All research shows that immediate and early intervention are essential to maximize the potential development of any child’s brain and body and even more so in the cases where the development is compromised pre and at birth. In 2001 the Infant Programs in Ontario were mandated to extend their programs to age 5 from 2.5. We received a 25% increase in staff to cover a 200% increase in demand. We have done everything we can. Staff are now carrying caseloads 2 to 3 times above provincial guidelines. We have a constant of 8 infants on the waiting list some waiting up to 2 months, an untenable length given the accepted research indicating the crucial importance of intervention as soon as possible.
2. Language Development
Communication is the most central skill to the future development of a Special Needs persons well-being. Currently again caseloads are 2 to 3 times above provincial guidelines with an average wait time of 6 months for the 11 clients on our waiting list. The adult population has .2 of a position for the whole county and no communication resources have been allocated to persons being discharged from Rideau Regional
3. Behaviour Development
We have not had any increase in staff to serve community behavioural needs in 20 years. All staff increases have been linked to Rideau Regional closures and are subject to removal post final Rideau Regional closure. Again caseloads are double to triple with a waiting list of 20 for an average 5 month wait.
4. Family Relief/ Respite
Last year (06 – 07) Family Relief provided over 100,000 hours in respite to clients via the following routes: in and out of home with one to one worker, special trips, evening and week-end programs, Respite Home and Respite Apartment, Summer and March Break Camps. The program serves over 460 clients via a network of 300 + workers. By the way 100,000 hours represents 55 F.T.E.’s.
Our ACSD waiting list is currently 23 with a wait time of 3 months. Our SSAH waiting list is 35 and is completely frozen as our area office is .5 million overspent in its SSAH allocation.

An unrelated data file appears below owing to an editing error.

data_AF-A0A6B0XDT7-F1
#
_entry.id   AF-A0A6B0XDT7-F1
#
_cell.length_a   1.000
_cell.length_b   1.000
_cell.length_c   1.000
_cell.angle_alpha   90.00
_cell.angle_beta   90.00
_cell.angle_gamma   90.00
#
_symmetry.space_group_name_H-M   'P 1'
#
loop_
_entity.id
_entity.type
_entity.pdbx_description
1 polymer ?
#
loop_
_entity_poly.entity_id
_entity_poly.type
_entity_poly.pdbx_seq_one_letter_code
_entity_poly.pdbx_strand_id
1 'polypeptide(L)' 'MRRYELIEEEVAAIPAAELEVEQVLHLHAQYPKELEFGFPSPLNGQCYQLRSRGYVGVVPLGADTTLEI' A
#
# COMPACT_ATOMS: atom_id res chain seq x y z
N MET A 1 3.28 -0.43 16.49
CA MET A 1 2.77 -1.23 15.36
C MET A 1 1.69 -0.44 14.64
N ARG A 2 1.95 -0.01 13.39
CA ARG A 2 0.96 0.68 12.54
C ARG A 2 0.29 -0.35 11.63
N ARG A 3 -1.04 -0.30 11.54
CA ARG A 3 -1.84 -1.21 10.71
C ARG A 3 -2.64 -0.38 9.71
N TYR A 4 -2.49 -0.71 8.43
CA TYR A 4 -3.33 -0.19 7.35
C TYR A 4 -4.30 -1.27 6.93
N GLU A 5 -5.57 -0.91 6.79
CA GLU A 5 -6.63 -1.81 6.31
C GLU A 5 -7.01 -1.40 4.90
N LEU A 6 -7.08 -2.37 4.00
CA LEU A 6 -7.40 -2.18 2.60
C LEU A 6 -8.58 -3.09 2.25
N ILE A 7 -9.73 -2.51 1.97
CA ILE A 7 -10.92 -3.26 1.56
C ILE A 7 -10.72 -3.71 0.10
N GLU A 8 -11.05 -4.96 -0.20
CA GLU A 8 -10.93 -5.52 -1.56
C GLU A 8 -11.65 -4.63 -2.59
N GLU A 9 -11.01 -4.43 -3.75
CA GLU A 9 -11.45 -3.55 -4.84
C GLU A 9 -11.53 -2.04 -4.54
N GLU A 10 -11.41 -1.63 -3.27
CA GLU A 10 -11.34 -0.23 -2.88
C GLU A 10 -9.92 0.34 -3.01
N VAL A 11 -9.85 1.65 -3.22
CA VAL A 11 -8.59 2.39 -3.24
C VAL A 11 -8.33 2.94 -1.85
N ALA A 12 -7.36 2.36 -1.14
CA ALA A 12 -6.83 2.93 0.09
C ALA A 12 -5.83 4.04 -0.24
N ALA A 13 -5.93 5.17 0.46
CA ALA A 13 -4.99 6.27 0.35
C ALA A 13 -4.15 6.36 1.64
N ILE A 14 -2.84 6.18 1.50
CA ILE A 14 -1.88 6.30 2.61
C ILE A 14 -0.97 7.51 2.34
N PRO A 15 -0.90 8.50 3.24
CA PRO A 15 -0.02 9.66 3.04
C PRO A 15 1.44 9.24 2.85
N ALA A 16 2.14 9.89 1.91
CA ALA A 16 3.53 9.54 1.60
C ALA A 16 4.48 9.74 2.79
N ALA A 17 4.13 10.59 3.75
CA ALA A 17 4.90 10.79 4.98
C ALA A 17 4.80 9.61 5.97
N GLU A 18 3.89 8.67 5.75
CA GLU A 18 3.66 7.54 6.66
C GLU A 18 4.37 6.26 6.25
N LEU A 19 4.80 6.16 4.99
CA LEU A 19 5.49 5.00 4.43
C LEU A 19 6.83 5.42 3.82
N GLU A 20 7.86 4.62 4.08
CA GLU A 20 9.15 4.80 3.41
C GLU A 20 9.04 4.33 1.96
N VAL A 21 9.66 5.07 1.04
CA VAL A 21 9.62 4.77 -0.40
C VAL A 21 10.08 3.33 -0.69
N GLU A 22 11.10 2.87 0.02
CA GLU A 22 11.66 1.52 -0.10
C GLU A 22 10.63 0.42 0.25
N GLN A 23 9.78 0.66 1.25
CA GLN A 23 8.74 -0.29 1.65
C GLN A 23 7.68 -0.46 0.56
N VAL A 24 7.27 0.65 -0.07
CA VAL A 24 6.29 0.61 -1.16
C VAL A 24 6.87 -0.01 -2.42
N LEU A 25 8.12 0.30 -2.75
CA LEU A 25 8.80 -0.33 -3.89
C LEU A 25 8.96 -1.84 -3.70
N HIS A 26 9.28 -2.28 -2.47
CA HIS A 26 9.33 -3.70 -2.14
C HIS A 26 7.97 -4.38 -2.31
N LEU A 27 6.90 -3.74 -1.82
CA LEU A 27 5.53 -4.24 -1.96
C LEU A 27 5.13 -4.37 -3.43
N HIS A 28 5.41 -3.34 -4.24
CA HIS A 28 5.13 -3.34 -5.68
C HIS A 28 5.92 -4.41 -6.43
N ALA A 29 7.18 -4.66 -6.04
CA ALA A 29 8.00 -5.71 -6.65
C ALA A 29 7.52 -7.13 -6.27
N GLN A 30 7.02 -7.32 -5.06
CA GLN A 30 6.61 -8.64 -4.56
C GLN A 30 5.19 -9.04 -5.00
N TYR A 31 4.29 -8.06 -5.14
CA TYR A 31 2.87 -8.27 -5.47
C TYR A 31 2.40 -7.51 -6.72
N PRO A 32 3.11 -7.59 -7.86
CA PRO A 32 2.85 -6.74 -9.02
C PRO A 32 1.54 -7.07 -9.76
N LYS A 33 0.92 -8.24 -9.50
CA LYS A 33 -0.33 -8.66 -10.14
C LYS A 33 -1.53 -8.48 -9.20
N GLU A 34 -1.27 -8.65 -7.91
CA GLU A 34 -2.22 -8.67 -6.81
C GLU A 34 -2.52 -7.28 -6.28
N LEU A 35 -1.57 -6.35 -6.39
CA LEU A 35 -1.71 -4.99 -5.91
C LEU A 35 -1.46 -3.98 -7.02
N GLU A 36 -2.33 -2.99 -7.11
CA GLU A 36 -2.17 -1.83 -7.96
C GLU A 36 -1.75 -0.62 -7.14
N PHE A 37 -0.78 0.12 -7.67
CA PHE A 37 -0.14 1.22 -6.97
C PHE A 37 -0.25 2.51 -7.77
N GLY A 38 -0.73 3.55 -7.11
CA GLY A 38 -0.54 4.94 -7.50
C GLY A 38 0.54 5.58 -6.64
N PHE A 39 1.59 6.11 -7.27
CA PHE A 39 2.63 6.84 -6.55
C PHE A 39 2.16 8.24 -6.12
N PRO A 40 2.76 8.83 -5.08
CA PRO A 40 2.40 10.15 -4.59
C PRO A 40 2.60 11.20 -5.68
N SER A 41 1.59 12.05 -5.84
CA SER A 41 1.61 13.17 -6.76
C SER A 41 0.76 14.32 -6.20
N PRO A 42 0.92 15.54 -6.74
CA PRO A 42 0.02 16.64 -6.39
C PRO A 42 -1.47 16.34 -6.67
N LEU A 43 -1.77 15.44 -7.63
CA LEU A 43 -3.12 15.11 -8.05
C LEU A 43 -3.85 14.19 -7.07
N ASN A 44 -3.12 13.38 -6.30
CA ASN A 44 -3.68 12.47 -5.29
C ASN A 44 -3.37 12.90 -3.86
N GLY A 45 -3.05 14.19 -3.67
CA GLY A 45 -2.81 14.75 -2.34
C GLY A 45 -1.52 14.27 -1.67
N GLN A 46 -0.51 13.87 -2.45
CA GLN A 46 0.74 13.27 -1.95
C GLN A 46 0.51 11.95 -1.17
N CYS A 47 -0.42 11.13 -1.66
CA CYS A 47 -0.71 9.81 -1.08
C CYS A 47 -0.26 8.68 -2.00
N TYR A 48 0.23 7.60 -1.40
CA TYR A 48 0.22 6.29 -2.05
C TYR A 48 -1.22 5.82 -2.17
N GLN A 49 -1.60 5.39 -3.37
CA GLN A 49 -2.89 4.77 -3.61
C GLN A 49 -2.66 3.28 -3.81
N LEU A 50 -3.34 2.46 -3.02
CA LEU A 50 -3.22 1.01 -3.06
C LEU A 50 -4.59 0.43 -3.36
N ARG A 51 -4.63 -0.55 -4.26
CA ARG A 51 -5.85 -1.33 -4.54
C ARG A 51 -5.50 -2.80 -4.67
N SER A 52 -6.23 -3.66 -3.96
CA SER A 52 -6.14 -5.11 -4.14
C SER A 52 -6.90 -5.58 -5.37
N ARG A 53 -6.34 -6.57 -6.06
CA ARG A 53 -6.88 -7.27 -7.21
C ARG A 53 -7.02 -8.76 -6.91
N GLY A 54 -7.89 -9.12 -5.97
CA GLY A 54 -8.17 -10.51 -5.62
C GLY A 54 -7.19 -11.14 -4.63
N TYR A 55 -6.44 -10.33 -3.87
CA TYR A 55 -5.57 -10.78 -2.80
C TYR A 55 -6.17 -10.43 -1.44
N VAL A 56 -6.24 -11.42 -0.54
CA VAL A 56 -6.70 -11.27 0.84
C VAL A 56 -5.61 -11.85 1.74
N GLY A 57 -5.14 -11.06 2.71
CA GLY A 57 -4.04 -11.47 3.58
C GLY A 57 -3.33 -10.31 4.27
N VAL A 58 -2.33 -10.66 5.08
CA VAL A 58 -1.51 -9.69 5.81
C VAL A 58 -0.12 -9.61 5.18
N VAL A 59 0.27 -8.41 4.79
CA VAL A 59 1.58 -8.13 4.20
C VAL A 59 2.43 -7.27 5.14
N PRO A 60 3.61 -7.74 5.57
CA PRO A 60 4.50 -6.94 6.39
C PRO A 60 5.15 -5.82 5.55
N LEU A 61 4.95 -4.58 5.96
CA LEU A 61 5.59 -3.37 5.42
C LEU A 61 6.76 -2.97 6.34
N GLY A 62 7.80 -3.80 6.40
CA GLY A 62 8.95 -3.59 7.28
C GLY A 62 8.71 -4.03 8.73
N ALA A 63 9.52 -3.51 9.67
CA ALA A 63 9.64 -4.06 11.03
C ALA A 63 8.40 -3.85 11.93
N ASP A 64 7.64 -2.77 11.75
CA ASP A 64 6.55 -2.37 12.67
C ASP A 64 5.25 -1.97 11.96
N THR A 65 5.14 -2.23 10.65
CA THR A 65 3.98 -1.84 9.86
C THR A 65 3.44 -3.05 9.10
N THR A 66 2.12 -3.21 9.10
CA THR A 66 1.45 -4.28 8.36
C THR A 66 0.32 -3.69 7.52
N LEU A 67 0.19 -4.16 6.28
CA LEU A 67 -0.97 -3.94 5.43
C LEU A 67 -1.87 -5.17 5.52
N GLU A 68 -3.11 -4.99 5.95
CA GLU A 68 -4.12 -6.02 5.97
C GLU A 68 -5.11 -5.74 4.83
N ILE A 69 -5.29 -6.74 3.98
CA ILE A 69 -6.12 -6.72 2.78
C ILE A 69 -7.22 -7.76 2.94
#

Of special frustration in Family Relief circles is that in some cases both Family Relief and the Access Centre serve the same client. The client will have run out of hours with us. The Access Centre will have funding but is not able to find a worker. The Access Centre will not transfer the funding to us in such instances.
1. Lack of Infrastructure Funding:
In 1995 the provincial government removed 25% of our infrastructure funding. This has never been restored. In the meantime heating, insurance, hydro etc. costs have escalated with no funding acknowledge- ment of these pressures.
2. Rural Service Delivery is More Expensive:
The province allots funding basically on a per capita basis. This puts rural and northern areas at a distinct disadvantage because no acknowledge- ment is given to the travel factor both in time and money that rural and northern areas face. It is not a level playing field for our services vis a vis those in urban centres.
1. Do the Math:
Put the necessary funds into services in the community which will free hospital beds and rescue services and families caught by the current lack of community supports vis a vis costing of hospital placement.
2. Level the Playing Field:
Higher funding for rural and northern services.
3. Restoration of Infrastructure
4. Emphasis on Adequate Resources for Pre-School Interventions.
M:DonnaRandyHillier(2) – 100308.doc